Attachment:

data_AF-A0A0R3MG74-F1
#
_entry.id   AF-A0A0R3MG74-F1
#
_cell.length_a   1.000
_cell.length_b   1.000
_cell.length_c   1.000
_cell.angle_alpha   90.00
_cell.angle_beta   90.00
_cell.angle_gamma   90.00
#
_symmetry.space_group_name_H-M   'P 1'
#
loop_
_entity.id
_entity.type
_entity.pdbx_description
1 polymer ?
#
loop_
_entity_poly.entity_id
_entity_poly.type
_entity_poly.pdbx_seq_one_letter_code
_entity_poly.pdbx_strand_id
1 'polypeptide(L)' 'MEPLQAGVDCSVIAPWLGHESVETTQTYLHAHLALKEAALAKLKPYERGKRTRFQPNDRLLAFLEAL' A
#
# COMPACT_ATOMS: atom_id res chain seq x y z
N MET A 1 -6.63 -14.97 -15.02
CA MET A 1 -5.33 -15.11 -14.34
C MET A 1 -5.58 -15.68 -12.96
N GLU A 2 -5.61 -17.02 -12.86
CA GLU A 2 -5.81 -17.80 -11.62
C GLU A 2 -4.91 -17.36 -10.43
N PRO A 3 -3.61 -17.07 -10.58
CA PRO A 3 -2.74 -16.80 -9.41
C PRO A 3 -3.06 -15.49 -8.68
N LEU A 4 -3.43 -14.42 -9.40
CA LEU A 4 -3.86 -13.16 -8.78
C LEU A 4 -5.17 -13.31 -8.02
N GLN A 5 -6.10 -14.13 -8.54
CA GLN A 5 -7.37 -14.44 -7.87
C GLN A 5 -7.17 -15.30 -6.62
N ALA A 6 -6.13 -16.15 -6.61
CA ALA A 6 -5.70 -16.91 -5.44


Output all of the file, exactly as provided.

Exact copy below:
data_AF-A0A0R3MG74-F1
#
_entry.id   AF-A0A0R3MG74-F1
#
_cell.length_a   1.000
_cell.length_b   1.000
_cell.length_c   1.000
_cell.angle_alpha   90.00
_cell.angle_beta   90.00
_cell.angle_gamma   90.00
#
_symmetry.space_group_name_H-M   'P 1'
#
loop_
_entity.id
_entity.type
_entity.pdbx_description
1 polymer ?
#
loop_
_entity_poly.entity_id
_entity_poly.type
_entity_poly.pdbx_seq_one_letter_code
_entity_poly.pdbx_strand_id
1 'polypeptide(L)' 'MEPLQAGVDCSVIAPWLGHESVETTQTYLHAHLALKEAALAKLKPYERGKRTRFQPNDRLLAFLEAL' A
#
# COMPACT_ATOMS: atom_id res chain seq x y z
N MET A 1 -6.63 -14.97 -15.02
CA MET A 1 -5.33 -15.11 -14.34
C MET A 1 -5.58 -15.68 -12.96
N GLU A 2 -5.61 -17.02 -12.86
CA GLU A 2 -5.81 -17.80 -11.62
C GLU A 2 -4.91 -17.36 -10.43
N PRO A 3 -3.61 -17.07 -10.58
CA PRO A 3 -2.74 -16.80 -9.41
C PRO A 3 -3.06 -15.49 -8.68
N LEU A 4 -3.43 -14.42 -9.40
CA LEU A 4 -3.86 -13.16 -8.78
C LEU A 4 -5.17 -13.31 -8.02
N GLN A 5 -6.10 -14.13 -8.54
CA GLN A 5 -7.37 -14.44 -7.87
C GLN A 5 -7.17 -15.30 -6.62
N ALA A 6 -6.13 -16.15 -6.61
CA ALA A 6 -5.70 -16.91 -5.44